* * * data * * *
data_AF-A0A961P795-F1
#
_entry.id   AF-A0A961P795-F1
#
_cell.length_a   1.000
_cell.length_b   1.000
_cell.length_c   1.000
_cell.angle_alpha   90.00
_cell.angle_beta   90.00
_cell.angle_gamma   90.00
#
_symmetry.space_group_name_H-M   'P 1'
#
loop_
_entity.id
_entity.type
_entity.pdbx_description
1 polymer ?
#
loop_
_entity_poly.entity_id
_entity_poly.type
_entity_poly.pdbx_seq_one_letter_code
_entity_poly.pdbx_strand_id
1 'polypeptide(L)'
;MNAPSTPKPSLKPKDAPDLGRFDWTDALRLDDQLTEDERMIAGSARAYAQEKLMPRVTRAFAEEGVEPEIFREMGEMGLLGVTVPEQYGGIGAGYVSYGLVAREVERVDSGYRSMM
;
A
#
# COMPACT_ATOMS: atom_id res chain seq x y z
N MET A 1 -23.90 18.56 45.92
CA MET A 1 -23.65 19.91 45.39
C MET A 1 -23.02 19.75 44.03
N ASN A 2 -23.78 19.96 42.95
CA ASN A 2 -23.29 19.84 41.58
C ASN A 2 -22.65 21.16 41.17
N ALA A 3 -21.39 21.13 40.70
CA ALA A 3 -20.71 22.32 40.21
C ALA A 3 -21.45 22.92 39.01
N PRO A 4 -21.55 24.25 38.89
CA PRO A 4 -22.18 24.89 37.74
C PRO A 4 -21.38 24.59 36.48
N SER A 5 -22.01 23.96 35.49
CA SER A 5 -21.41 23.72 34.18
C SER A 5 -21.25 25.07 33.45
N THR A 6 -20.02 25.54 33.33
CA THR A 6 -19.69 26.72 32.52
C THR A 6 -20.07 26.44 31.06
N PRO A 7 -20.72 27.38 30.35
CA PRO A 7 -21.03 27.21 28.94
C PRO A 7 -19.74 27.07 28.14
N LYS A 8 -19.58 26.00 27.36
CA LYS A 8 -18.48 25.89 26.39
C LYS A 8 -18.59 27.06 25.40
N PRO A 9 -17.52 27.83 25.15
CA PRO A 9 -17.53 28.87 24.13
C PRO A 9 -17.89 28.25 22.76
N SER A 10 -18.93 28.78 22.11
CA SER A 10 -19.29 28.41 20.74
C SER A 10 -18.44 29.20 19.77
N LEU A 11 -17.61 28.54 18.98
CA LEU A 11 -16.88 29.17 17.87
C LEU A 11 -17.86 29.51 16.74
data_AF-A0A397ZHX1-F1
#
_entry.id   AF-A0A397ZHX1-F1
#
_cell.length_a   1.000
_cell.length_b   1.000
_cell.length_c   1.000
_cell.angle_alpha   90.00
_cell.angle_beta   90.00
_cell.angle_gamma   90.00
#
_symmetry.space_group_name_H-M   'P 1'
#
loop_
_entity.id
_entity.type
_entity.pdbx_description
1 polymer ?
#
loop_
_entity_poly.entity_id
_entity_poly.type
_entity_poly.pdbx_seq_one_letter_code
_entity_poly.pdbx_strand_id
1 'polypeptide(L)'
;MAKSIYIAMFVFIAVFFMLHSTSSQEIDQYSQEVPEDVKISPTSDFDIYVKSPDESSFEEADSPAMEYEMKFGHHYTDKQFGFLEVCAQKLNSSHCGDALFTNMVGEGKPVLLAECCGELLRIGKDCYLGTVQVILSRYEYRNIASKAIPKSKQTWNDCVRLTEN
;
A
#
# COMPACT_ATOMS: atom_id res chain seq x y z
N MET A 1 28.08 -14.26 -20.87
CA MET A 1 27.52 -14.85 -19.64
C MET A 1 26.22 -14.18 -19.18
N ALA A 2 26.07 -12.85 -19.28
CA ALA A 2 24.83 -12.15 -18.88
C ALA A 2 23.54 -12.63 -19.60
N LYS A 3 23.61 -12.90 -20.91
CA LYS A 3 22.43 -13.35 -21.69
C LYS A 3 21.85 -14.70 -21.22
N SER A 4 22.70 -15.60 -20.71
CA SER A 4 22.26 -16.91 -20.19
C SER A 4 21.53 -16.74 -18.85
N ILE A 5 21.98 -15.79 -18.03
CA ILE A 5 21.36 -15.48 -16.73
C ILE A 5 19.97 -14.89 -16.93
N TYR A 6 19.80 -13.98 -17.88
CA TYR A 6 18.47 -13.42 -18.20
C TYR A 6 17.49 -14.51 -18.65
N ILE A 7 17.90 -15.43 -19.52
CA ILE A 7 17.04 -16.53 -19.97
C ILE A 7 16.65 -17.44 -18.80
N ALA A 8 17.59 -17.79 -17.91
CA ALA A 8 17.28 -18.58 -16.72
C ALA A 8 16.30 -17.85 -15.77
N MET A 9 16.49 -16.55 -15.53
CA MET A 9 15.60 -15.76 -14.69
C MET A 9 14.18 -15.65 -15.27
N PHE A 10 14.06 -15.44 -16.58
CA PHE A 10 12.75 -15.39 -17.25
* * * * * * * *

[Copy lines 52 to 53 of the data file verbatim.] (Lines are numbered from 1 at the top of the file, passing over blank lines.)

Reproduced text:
N LYS A 8 -19.58 26.00 27.36
CA LYS A 8 -18.48 25.89 26.39